Should you buy gold, equity or debt instruments in 2014?

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Should you buy gold, equity or debt instruments in 2014?
2013 was a bad year for gold, with the metal yielding negative returns for the first time in 12 years. Debt instruments were the best bet as they beat Sensex returns in 2013, which yielded only around seven per cent in rupee terms.

As we welcome 2014, making a choice between different asset classes is always a tricky affair. Let's make an effort to analyse, which could yield the best returns in 2014.


Equities around the globe rallied in 2013 on the back of easy monetary policies and heavy dose of liquidity injection from the European Central Bank, Japanese Central Bank and the US Federal Reserve. This pushed indices like the Dow Jones, German Dax and other European markets to record highs. Indian stock markets also touched a new record high in 2013, after a wait of five long years.

To expect a more then 10 per cent jump in the Sensex during 2014 would be foolhardy. Indian fundamentals continue to remain weak as inflation remains elevated, interest rates are higher and GDP continues to be way below potential. To compound worries we have an election in the next few months and if the same throws up a hung verdict, God Bless the stock markets.

Also, Indian markets have rallied largely on the back of global liquidity and there are signs that we may not have easy liquidity for long, given that the US has already begun withdrawing its QE3 programme. Any large scale withdrawal is likely to see Indian markets being impacted. If one can get around 10-15 per cent returns from here on, it would be time to exit from stocks.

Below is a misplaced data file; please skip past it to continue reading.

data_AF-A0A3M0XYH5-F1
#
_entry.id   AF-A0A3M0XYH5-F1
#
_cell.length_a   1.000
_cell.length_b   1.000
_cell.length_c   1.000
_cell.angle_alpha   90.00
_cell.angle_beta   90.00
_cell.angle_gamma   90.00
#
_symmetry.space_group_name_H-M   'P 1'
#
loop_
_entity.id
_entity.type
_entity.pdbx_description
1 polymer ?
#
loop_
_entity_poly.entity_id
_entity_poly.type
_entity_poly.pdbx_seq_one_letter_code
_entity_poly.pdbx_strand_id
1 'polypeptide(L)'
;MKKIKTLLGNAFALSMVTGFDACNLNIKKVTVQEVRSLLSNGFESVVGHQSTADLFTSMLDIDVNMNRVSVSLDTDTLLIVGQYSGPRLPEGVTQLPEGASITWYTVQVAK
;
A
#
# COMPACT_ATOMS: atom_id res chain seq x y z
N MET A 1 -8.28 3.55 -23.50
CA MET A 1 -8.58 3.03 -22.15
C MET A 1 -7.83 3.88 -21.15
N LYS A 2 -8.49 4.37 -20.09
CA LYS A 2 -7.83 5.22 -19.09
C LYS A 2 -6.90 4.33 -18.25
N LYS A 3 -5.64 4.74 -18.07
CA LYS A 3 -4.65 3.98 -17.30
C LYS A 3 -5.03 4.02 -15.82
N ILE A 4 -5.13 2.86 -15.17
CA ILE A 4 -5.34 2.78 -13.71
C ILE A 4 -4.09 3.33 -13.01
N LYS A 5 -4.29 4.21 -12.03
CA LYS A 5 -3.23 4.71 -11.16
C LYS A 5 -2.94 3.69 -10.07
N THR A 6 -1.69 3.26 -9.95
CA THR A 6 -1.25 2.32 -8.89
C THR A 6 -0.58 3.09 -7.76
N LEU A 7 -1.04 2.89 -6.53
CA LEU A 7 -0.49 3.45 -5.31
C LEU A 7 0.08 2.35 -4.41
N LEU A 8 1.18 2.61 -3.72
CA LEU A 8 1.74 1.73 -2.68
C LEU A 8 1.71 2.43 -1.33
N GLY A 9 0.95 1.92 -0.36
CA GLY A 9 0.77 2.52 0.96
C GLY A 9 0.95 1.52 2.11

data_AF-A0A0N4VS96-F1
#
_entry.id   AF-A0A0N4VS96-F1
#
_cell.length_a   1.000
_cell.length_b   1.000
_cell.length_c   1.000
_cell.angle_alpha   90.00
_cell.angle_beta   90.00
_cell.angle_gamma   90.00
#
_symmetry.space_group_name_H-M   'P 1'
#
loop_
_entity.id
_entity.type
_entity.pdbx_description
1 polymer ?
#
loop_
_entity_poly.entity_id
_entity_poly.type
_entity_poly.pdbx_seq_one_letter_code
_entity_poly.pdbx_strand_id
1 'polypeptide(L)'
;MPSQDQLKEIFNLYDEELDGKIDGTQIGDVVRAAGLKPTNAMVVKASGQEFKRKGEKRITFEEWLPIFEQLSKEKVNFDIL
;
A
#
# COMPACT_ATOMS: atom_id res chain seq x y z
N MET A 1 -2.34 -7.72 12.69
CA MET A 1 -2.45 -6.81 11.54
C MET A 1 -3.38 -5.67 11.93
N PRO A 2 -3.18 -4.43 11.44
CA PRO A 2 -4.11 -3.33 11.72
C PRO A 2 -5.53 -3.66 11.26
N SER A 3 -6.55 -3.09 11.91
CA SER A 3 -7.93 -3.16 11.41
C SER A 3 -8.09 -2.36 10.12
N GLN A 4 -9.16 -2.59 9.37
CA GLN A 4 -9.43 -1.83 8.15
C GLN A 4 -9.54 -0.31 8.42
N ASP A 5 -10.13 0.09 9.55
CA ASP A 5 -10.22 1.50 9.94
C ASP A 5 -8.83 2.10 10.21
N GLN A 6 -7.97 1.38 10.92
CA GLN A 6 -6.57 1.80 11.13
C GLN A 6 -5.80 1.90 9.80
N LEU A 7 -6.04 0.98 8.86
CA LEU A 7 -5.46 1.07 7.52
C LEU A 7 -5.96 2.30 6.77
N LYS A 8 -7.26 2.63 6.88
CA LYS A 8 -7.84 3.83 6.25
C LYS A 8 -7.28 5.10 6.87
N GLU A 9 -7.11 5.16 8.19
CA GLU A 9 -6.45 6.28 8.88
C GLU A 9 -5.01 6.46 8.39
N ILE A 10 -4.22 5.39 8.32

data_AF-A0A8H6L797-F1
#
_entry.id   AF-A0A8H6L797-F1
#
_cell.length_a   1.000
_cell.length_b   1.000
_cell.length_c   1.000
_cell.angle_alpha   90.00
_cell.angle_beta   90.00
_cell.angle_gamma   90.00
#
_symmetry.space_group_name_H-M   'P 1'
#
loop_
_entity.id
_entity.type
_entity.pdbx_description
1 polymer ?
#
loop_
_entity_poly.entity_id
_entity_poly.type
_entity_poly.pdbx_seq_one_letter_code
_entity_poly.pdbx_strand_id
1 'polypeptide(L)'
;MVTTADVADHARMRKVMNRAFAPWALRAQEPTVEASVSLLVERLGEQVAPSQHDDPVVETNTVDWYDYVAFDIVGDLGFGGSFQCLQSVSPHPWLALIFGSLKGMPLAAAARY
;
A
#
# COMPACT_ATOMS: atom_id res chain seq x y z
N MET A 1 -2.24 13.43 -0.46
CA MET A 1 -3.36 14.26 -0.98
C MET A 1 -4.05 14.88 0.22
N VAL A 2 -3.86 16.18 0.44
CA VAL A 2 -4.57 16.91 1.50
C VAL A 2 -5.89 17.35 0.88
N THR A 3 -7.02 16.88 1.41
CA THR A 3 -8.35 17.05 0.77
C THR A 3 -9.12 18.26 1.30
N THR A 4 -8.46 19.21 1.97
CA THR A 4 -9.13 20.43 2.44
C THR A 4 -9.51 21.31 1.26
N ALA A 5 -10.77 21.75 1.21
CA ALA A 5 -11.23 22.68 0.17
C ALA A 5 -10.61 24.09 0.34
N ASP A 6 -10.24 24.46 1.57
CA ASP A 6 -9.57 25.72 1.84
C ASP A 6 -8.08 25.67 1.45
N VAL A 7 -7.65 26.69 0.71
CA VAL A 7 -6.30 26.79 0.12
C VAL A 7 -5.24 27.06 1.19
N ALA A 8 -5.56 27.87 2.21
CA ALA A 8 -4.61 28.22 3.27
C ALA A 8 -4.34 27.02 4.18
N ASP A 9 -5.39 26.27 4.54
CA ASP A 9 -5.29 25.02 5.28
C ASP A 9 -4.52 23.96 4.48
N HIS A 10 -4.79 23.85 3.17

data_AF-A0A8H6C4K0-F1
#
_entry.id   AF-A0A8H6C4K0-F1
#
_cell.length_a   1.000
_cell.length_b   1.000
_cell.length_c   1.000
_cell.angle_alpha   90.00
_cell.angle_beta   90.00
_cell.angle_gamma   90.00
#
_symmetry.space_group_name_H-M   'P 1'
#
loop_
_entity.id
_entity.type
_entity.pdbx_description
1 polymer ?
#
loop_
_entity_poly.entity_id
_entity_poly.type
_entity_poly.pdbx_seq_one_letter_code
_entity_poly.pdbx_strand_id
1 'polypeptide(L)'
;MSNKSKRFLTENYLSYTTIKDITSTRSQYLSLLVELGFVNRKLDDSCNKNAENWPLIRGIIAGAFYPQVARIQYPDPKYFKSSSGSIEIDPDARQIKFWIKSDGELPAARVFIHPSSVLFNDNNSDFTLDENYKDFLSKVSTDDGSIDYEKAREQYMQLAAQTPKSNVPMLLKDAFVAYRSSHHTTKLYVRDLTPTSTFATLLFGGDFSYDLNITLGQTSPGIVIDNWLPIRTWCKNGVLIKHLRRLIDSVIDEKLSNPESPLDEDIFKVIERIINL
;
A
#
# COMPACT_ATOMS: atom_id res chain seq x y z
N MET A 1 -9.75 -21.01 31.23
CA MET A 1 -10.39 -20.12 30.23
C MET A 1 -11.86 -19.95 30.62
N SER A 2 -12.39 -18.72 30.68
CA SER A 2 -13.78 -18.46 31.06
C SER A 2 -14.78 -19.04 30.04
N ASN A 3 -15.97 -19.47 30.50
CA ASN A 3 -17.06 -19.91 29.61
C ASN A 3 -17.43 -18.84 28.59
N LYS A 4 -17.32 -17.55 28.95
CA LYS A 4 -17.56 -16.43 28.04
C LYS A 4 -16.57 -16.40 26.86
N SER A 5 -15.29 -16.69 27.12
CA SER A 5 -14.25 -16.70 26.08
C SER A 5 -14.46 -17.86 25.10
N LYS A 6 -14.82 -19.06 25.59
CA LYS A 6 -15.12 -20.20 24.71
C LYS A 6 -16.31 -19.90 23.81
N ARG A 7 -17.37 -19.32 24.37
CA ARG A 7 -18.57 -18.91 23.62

Gold is most likely to have a steady year, unless there is major geo-political tensions or economic growth around the globe begins to falter, in which case gold could rally. As the US Federal Reserve keeps withdrawing its QE3 programme, gold could fall further.

Clearly, movement of gold would depend on so many external factors. If external factors remain where they are, gold is likely to remain at the same levels.

In fact, one would not be surprised, if gold ends the year without substantial gains or losses. Again, for Indians, much would also depend on how the rupee behaves. If the rupee falls against the dollar, you are likely to get superior returns on gold.


In an election year, debt would be the safest bet. Interest rates in the economy are likely to head lower, and before they do, investors would do well to lock money in safe debt instruments. A decent fixed deposit could fetch you pre-tax returns of around 10 per cent (annual yield), which could be a reasonable proposition. At least, unlike gold and equities, you would not see your capital being eroded. The returns are also very much predictable, unlike the two other asset classes. Also, the RBI may reduce interest rates in the next few months, as inflation would certainly begin to fall, which allows you to lock-in money today at higher rates.

Read more about: gold, equity, debt, federal reserve, qe3, rbi, inflation
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